Nicole: This kind of part-by-part release has become increasingly common, as has splitting albums into parts (see Lady Gaga’s Chromatica for the most recent example), and I think it serves the album well in terms of promotional strategy and storytelling. Williams giving us time to digest each part of her story and get to know these songs intimately to me proves that she wants us to really listen to her – and makes a 15-track album a viable option commercially at a time when lots of people like to declare that albums are dead. It works.
“Simmer” was the first and lead single released off Petals for Armor. Do you think it represents the album well?
Josh: I think “Simmer” was a smart choice for a first single. Not only is it quite a good song, but it represents the ensuing album well on several levels. It establishes how sonically divergent Williams’ new music will be from her previous work with Paramore, and also gets the trend of floral metaphors going with its lyrics likening “petals for armor” to a means of embracing femininity and self-control.
But sure, other tracks here could have been strong lead singles as well. “Taken” has the sort of simple, catchy chorus that works well on radio, while “Dead Horse” has a message of resilience that listeners tend to connect with. Let’s see what others have to say.
Lowndes: “Simmer” really lets the album take off running. It’s a wrestle with rage, and shows Williams as someone unafraid to ask questions (“how to draw the line between wrath and mercy?”), but I feel like it makes more sense being track 1 than it does being the first single. I agree that “Dead Horse” would’ve been a strong choice for lead single.
Baylee: I agree with both Josh and Lowndes in regards to “Simmer” being a strong single, but I think several other tracks could’ve added punch, flavor, and heightened anticipation for this album. “Watch Me While I Bloom,” “Dead Horse,” “Pure Love,” and even “Cinnamon” all would’ve stood well on their own and introduced us to different sides of Williams. In my opinion, a few more single releases would’ve both drawn in more listeners and showcased earlier the variety of sounds and topics covered on this album.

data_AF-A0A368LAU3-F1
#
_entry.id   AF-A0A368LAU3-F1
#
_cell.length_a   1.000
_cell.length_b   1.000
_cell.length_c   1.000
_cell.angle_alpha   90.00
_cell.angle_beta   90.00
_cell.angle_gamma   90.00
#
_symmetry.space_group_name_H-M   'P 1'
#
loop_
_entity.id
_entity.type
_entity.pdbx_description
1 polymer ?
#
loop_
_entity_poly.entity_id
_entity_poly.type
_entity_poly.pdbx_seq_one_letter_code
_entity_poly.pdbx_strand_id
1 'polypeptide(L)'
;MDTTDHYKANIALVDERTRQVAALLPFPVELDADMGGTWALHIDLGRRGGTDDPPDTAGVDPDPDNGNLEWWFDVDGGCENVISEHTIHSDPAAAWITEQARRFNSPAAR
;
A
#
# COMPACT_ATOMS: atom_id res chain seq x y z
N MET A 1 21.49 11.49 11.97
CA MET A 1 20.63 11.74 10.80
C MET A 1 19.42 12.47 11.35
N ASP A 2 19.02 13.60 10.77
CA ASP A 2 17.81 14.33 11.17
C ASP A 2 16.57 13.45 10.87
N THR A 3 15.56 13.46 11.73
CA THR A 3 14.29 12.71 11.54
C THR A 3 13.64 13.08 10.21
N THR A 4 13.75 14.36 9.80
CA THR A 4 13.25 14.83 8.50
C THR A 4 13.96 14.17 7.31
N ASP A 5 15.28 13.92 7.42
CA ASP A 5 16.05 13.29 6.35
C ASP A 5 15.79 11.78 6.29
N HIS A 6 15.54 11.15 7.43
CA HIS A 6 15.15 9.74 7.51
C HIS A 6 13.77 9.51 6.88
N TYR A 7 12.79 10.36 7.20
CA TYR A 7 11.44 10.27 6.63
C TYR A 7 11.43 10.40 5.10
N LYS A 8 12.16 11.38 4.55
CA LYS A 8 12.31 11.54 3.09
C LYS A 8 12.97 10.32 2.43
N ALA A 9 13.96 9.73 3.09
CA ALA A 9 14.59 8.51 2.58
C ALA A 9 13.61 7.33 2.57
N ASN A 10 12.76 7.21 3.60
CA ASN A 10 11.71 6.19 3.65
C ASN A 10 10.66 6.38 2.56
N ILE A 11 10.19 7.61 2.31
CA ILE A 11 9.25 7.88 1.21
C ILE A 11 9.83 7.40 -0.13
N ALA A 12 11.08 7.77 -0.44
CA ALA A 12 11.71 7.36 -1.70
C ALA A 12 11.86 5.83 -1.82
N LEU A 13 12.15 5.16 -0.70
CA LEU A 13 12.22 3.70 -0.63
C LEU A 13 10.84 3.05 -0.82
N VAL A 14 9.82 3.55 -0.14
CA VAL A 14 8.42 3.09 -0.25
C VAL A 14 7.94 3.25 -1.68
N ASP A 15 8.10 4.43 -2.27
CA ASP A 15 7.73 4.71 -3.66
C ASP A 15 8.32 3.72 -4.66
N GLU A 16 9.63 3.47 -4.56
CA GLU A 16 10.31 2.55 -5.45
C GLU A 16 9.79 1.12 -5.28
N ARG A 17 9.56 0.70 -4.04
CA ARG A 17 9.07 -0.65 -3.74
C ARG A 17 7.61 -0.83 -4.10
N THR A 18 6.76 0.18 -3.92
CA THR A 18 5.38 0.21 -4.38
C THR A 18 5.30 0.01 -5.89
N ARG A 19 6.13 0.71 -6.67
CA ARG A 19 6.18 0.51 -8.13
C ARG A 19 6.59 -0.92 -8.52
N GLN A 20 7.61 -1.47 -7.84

Nicole: Personally, I think it worked perfectly as the lead single. The song is explosive, has so much attitude and energy, and is such a powerful statement of someone owning their own flaws and understanding their feelings, it was the hint we needed to understand just how generously honest Williams was going to be on the whole record.
From the album title to “Watch Me While I Bloom,” flower symbolism permeates throughout this work. What do you think of it, and why do you think flowers specifically?
Josh: Do you remember the first time you encountered the fairy tale “Beauty & the Beast?” Probably not– you were almost certainly quite young at the time. But at that very early age, you learned something that has since been reinforced by much of the artwork and literature you’ve encountered since then: flowers are chock-full of symbolism. Love, lust, temptation, youth, danger, beauty, vulnerability, ticking clocks– the list of virtues embodied by these plants goes on, perhaps indefinitely.
For a musician, such broad metaphorical possibilities can certainly be fodder for strong songwriting material. It worked out well for Hayley Wiliams to pick from the list of qualities associated with flowers and structure her songs around then. Such an approach allowed her to explore feminism and self-discovery on “Roses/Lotus/Violet/Iris,” personal rebirth on “Watch Me While I Bloom,” and much more.
Lowndes: As Josh said, flowers are obviously symbolic for many things. While that symbolism can sometimes feel overdone, I really loved its subtle presence on Petals for Armor. While it’s clearly an album that delves into many avenues of growth, it wasn’t annoying or overt. Petals for Armor is also a more exciting way to convey “there’s strength in being soft.”
Baylee: I’m always a fan of an album that chooses a symbol and runs with it. Williams utilized flowers for all of the emotions and phases Josh outlined above. I feel like Williams chose flowers specifically because of their versatility and ability for re-birth. There are several moments in the album where we realize that Williams has ached for a solo venture for awhile now, but was held back for various reasons, for example her depression as alluded to in the opening of “Dead Horse.”
Furthermore, I adore the album title – the irony of it encourages listeners to contemplate what, maybe, serves as their armor for the day to day. Do we walk around with metal chest plates or feather helmets? What cracks our armor and what strengthens it?